Pirelli hope to avoid US-05 style tyre woes at Zandvoort

Jamie Woodhouse
Zandvoort PA

Zandvoort PA

It has been confirmed that Zandvoort, home of the Dutch GP from 2020, will have two banked corners, and that creates a challenge for Pirelli.

Zandvoort has confirmed that the banking at the final turn will be angled at 32% – the equivalent of 18 degrees. This is twice as steep as the Indianapolis track which hosted the United States Grand Prix from 2000-07 where the banking was around 9 degrees.

The track’s signature Hugenholtz corner will also be banked to allow cars to race side-by side.

This news may bring back memories for some of the infamous 2005 United States GP at Indianapolis where a series of tyre failures in practice caused all the Michelin runners to withdraw from the race after the warm-up lap, leaving just six Bridgestone runners to take part.

And what’s more concerning is that Pirelli have confirmed there is little they can do to ready the construction of the tyres for the more extreme banked corners at Zandvoort.

“The only thing we can do is to react with the pressure, and we will have to increase the starting pressure,” Pirelli head of car racing Mario Isola told Motorsport.com.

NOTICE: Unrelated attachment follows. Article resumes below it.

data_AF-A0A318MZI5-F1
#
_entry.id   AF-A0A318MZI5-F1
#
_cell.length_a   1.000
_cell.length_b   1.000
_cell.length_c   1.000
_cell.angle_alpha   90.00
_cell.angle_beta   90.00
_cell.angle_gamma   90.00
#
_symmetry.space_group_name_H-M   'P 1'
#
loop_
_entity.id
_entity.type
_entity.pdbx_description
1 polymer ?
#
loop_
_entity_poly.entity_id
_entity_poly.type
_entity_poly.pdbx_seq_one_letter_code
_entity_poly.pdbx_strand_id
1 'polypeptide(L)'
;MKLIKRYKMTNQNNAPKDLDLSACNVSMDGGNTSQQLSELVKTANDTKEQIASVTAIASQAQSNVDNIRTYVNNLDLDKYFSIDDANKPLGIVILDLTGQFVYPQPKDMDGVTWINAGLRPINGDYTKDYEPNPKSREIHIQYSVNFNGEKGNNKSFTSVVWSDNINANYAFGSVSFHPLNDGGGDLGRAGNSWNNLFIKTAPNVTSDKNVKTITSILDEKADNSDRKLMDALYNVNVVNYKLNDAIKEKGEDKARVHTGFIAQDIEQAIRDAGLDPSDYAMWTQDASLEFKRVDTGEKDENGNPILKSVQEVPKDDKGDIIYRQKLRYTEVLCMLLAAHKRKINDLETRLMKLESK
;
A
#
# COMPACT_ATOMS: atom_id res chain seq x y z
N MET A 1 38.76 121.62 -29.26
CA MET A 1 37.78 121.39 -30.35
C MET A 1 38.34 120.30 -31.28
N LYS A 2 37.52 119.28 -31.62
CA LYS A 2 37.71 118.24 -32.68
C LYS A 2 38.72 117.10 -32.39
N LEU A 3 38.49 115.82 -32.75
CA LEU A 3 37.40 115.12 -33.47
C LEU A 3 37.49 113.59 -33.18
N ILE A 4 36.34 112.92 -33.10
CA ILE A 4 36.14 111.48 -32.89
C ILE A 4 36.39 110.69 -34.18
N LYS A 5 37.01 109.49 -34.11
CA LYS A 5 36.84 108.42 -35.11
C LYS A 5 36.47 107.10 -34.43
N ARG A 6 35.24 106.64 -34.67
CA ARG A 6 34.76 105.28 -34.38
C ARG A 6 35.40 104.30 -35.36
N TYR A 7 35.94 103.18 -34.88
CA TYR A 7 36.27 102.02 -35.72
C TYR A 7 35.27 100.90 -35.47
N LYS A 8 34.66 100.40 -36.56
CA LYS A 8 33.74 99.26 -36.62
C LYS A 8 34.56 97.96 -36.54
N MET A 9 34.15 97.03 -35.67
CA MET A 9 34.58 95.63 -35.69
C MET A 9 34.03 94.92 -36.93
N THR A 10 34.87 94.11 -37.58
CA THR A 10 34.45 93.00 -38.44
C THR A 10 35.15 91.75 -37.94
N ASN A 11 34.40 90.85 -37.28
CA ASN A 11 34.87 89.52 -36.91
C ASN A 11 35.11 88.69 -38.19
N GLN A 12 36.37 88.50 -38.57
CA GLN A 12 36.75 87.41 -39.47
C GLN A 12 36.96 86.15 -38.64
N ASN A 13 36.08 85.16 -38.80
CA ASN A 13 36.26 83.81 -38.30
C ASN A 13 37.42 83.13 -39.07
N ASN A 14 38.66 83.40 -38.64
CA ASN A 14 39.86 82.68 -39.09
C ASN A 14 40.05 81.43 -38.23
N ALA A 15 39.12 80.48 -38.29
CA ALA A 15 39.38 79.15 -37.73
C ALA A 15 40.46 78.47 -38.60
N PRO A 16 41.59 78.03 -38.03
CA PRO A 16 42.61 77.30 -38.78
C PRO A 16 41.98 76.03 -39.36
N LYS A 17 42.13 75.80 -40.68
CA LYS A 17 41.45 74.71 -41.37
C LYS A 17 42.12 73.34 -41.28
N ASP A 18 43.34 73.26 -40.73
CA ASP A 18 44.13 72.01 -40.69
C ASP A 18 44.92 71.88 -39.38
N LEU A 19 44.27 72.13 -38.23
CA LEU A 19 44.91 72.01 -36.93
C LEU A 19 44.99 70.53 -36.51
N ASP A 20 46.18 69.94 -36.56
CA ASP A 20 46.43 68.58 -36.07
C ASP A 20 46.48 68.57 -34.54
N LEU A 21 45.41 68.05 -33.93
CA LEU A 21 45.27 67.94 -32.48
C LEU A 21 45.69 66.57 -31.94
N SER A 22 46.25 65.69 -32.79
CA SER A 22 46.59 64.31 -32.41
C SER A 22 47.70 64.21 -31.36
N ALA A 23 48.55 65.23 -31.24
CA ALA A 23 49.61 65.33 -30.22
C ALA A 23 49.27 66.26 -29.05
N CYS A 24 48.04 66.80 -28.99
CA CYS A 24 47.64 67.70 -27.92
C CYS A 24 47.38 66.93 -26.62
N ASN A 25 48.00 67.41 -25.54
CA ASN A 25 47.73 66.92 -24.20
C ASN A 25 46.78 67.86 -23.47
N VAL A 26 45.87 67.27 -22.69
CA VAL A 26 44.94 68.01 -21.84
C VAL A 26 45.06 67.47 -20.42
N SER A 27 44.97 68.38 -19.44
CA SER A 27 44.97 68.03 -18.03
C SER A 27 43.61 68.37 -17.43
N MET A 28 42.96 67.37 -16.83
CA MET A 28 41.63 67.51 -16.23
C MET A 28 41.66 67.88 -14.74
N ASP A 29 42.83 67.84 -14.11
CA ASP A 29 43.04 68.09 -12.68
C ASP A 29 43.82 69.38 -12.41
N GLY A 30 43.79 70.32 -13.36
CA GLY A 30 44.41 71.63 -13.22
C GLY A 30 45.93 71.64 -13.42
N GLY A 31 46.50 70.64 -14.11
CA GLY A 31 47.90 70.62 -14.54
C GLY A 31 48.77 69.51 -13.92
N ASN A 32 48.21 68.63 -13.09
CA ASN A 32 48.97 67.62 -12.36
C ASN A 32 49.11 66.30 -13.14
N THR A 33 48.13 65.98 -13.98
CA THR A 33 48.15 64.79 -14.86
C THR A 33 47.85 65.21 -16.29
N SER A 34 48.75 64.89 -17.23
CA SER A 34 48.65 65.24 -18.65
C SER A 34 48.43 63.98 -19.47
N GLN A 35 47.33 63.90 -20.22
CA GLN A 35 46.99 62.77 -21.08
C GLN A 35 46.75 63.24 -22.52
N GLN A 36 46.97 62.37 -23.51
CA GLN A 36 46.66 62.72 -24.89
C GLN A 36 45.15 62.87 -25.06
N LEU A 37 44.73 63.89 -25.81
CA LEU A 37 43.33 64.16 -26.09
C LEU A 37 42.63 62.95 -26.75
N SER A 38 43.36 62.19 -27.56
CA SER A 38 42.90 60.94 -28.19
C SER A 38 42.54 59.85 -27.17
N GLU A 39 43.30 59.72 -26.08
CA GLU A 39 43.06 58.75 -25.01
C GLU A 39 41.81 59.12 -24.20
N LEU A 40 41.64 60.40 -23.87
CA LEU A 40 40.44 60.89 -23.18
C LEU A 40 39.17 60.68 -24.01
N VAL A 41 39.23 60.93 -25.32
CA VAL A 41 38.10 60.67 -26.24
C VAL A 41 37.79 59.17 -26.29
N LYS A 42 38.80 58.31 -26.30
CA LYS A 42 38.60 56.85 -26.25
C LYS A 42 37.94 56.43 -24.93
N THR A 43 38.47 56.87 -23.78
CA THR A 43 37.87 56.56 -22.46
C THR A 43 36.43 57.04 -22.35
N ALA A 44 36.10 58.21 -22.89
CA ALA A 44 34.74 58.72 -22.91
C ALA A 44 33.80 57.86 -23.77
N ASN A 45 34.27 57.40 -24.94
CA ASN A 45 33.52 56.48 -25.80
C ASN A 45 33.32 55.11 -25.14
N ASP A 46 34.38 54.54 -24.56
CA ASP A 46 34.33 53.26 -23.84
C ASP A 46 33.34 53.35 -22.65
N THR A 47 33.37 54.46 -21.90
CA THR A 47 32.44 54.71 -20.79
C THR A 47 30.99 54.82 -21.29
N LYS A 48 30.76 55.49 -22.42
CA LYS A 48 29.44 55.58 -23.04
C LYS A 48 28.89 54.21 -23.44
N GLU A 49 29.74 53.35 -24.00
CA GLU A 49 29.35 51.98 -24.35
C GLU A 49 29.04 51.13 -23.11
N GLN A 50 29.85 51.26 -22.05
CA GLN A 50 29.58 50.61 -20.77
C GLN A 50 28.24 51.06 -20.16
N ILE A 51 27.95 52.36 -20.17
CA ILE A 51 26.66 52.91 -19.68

“If you look at the regulation we are obliged to stay on the same construction and same specification for the whole year, so we cannot design a tyre for the banking and we cannot design a specific construction, for Zandvoort.

“So the only possibility is to try to manage the prescriptions in terms of camber and pressure.”

Isola did confirm that Pirelli have been given data regarding the increased pressure which the banked corners will put on their tyres, and simulations to find a way to work with it have begun.

“We have also made a simulation of the track being completely flat and with the camber, so you can see the difference in terms of additional load on the tyre. That was what we had in mind to calculate.

“But now to make a proper investigation, we need to receive the simulation from the teams and then we are in a position to define the pressure.”

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